Calculate the number of bags to be used and their spacing. Spacing must be enough to allow the lift bags to completely fill and not interfere with each other.
Determine rigging points
Determine hold back rigging points
Determine where inverter line should be secured.
Determine a lift bag deflation plan.
Once the plan is in place then the divers that are executing the plan are selected:
Confirm the divers are trained to safely carry out the plan
Confirm the divers understand the plan and have input into the plan.
If possible a trial run can be performed in a diving tank to confirm the diver has proper working knowledge and operating experience.
Improper use of lift bags has caused injuries and fatalities in the past! Read the rest of this document to learn more!
Skamania County Dive Rescue contacted Clark County Dive Rescue to see if we wanted to join them on a training mission. So on Dec. 10th, 2017, a couple of CCDRT Divers attended a VERY cold and windy training session in the Columbia River Gorge. Skamania County Dive Rescue was conducting a lift bag training, which was very educational. The CCDRT Divers had a great time and learned a lot from Skamania Dive Team. CCDRT hopes that this relationship between the two counties becomes stronger and more Joint Training happen more often.
While CCDRT does not perform commercial dive salvage and recovery operations, we do perform a public safety service.
Occasionally, valuable or dangerous items are lost in boating accidents. In this case, a boater in a local lake capsized and among other items, a firearm was lost. Fortunately, the boater was fine and no injuries were suffered.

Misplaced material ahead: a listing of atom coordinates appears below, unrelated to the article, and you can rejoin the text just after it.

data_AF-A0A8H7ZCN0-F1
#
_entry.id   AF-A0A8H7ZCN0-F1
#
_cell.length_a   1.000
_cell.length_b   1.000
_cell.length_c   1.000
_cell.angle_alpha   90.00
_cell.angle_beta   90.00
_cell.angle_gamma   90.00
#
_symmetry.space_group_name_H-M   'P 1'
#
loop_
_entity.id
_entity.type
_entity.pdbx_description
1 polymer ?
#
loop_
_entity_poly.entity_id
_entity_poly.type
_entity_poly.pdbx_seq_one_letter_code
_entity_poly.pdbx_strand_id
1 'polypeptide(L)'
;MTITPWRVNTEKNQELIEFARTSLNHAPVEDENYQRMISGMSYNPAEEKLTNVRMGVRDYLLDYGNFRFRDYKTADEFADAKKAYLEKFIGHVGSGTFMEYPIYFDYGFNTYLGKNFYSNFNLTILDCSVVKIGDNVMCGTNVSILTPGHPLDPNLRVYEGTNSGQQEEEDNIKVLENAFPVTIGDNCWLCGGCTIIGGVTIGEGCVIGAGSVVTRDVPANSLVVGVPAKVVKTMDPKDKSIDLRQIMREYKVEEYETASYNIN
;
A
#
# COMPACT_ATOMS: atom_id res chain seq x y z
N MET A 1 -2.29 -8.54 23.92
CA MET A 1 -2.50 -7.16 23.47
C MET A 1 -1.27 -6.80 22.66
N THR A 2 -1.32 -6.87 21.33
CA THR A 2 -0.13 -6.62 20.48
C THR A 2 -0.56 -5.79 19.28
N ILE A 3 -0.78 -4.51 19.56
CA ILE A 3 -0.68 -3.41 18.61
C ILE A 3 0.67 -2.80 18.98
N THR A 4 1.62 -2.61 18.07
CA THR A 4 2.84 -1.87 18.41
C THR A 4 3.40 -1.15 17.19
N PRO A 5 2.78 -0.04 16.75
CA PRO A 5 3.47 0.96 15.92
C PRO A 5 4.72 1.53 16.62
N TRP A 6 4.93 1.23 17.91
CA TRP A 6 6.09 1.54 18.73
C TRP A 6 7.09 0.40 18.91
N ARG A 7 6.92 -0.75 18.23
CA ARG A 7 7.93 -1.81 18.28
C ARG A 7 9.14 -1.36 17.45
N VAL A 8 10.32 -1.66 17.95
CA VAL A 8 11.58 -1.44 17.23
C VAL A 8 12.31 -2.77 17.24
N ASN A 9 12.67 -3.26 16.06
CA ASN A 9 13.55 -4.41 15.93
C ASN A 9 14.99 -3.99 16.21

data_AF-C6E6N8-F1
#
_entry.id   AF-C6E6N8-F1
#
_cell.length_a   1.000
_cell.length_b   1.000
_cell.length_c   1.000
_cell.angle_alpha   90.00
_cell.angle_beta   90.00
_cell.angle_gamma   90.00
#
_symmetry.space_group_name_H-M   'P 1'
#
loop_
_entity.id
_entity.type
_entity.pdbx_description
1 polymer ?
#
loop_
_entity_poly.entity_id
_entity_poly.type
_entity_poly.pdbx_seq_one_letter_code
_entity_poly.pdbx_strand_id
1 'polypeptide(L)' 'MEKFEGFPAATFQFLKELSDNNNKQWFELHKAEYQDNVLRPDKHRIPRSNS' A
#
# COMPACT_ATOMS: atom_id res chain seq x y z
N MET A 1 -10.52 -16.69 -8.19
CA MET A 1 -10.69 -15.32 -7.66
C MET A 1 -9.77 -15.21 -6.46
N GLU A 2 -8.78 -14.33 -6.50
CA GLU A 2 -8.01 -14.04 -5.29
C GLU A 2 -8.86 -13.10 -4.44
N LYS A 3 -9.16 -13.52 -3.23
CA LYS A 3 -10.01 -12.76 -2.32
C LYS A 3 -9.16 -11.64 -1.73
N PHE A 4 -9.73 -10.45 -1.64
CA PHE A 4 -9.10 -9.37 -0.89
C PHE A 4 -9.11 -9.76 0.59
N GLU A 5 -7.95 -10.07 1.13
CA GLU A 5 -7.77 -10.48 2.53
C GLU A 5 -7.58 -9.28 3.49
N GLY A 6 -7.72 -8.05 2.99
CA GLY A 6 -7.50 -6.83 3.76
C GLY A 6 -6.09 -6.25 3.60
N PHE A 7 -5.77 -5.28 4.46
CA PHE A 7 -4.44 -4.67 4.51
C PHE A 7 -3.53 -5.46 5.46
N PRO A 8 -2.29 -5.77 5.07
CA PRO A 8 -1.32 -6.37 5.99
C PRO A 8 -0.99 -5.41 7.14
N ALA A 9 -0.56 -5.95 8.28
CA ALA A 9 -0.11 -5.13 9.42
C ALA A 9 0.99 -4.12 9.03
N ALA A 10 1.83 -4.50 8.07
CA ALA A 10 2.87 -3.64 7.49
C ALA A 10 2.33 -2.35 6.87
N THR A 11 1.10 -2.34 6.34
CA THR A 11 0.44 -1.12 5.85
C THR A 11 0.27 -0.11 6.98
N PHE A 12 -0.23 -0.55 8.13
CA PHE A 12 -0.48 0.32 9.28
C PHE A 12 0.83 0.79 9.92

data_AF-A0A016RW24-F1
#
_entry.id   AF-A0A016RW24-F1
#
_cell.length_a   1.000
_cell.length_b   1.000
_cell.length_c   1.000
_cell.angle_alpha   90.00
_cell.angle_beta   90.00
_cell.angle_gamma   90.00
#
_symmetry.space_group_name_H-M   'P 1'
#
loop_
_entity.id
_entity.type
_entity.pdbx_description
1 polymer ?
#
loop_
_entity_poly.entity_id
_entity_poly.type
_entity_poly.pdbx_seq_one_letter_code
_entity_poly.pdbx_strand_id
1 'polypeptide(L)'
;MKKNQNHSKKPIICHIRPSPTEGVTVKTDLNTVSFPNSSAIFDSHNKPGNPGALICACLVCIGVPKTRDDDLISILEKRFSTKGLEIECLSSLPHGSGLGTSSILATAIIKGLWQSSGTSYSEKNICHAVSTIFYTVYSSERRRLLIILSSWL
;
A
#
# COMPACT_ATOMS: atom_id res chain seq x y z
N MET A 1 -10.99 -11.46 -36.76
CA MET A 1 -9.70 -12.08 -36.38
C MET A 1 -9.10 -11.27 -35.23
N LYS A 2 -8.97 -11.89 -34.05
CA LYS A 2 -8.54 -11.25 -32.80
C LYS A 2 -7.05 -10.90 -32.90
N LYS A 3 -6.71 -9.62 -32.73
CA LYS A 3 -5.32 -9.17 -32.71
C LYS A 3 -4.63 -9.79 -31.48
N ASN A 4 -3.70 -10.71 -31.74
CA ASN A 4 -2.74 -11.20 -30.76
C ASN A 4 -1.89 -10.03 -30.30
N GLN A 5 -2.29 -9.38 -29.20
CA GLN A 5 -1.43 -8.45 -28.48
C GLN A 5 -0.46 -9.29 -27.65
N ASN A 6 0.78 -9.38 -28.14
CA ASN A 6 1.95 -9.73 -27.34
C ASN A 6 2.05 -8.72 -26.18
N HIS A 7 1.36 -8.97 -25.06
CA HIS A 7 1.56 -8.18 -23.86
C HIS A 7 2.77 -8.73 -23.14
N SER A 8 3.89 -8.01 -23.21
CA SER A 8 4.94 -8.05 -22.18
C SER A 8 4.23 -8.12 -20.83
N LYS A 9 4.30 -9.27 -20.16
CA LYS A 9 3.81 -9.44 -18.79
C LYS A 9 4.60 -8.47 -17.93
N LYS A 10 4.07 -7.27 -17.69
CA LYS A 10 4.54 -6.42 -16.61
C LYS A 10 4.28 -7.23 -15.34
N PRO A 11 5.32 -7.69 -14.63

On July 31, 2017, Park Rangers notified Clark County Dive Rescue President Phil Graf and Vice President Jeremy Burnett, by e-mail, requesting the help of recovering items that went into the lake from a capsized boat from the day before. Graf replied back on the date and time of when the Dive Team would be at Battleground lake and requested that the owner of the boat be there as well.
On August 12, 2017, at approx. 9:30am, the owner of the boat met up with the Dive Team at the boat launch of Battleground Lake and showed the team of where he capsized his boat at the north end of the lake. A diver then took a buoy out to the approx. area for a starting point to start the search for the items. Two divers then began the search, at which time an item was found and the buoy was moved to mark that spot. The search continued until 1:30pm and three out of the five items were located and given back to the owner. Reference of where the boat capsized and distance from a point on the shore to the buoy was noted, in case future recovery of the other items is conducted.
Our General Meetings are on the first Thursday of each month from 6 pm to 8 pm at the "Washington State School for the Blind" in the classroom (across from the pool) in the Kennedy Fitness Center, which is located on the north side of the school. (must use East McLoughlin Blvd entrance).
Kennedy Fitness Center - Washington State School for the Blind
2305 E McLoughlin Blvd
Vancouver, WA 98661
This meeting is open to the public and prospective members!
The purpose of this paper is to identify the drag penalties for a number of simple SCUBA configurations. This is achieved through scale model experiments conducted in a wind tunnel. Some comments on the associated energy requirements are made, and from these, the effect on a diver’s bottom time is briefly addressed. The configurations tested include a study of the effect of the equipment configuration and the effect of small changes to the diver incidence.
River diving can place exceptional physical demands on the diver. Thus, river divers should be in good, if not superb, physical condition. Crawling around a river bottom will require upper body strength. Divers should pace themselves and be cognizant of the stamina of the smallest person of the buddy team. Moving against the current can be fatiguing and can rapidly deplete air supply.
CCDRT member train and equip at personal expense. Generous donations from community supporters make a huge difference in our ability to provide public safety services to the county and surrounding communities.
Please consider donating a training course, or a portion of the cost.